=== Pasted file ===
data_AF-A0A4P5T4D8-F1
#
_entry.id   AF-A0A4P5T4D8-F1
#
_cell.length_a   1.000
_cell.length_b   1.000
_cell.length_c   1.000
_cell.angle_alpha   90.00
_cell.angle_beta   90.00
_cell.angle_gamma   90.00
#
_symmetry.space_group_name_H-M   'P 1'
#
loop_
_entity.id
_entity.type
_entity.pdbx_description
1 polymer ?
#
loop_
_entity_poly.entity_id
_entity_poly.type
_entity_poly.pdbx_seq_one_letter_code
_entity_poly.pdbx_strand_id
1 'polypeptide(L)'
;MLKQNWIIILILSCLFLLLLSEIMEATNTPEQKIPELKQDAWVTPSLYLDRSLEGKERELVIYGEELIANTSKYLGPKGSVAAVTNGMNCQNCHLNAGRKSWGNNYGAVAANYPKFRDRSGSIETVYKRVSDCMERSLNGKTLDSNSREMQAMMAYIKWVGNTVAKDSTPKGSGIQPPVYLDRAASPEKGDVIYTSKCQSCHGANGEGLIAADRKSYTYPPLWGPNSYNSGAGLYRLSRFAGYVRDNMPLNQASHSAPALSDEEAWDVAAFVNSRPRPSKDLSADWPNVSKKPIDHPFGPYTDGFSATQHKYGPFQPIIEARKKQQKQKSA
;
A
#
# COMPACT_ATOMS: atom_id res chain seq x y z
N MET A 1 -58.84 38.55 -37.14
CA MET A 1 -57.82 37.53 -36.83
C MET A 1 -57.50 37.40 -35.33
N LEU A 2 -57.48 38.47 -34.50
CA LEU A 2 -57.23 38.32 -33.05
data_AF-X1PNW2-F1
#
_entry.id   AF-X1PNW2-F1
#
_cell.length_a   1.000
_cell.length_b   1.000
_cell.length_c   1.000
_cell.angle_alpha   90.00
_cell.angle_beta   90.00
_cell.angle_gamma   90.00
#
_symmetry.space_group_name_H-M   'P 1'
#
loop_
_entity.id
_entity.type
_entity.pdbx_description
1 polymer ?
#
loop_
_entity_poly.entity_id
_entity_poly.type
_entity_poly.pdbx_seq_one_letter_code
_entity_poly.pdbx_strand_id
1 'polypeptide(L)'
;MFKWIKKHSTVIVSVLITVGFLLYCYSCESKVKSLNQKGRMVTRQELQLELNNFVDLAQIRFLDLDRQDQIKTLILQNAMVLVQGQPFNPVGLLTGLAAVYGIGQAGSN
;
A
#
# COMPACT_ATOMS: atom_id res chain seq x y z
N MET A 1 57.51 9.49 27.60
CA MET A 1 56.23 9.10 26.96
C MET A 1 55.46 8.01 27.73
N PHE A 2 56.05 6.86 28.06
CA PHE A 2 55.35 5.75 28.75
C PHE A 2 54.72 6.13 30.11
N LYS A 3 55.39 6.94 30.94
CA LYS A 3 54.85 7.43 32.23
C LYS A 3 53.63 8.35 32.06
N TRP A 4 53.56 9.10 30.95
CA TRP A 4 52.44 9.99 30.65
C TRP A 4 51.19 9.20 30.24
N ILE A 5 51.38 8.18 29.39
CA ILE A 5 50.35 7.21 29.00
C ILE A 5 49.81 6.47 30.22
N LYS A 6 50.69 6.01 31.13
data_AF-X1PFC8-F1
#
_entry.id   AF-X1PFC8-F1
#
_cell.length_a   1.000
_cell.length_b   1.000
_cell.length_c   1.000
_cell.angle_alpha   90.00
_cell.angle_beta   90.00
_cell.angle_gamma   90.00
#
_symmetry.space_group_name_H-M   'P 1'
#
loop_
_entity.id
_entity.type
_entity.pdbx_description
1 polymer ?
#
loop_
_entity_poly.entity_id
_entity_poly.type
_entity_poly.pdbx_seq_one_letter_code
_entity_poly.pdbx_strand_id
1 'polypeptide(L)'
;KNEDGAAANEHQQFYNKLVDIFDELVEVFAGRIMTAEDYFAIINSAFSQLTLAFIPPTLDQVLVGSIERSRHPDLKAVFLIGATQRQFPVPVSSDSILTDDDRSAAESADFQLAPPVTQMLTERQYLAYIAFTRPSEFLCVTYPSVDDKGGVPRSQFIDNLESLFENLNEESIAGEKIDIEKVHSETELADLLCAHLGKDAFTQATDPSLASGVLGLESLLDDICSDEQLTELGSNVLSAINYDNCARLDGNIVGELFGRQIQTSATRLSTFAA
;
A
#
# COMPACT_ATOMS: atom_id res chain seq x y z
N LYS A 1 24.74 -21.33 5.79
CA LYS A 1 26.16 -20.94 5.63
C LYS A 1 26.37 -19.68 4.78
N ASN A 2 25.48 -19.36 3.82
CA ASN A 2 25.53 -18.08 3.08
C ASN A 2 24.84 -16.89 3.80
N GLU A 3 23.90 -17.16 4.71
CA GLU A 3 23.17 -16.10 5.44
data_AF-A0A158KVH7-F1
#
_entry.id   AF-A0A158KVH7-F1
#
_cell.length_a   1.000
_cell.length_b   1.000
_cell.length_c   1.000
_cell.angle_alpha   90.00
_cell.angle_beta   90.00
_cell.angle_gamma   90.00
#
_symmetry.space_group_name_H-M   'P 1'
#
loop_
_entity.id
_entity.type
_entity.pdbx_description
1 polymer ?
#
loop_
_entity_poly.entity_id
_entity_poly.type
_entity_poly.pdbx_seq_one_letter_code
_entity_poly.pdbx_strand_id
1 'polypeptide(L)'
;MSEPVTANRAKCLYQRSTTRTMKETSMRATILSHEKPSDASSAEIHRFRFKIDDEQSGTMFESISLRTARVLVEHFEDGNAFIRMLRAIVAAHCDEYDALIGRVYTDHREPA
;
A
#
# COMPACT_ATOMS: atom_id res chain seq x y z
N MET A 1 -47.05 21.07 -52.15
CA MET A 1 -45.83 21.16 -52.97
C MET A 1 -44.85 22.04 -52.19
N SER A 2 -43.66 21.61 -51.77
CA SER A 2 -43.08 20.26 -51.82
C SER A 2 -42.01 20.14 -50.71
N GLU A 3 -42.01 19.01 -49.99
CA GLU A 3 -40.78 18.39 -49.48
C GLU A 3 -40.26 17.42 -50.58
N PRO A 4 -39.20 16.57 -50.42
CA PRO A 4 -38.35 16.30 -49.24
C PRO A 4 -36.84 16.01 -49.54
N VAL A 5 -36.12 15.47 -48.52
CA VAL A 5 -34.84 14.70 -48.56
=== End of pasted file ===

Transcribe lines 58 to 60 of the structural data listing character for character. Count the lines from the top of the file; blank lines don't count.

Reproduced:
_entity_poly.pdbx_seq_one_letter_code
_entity_poly.pdbx_strand_id
1 'polypeptide(L)'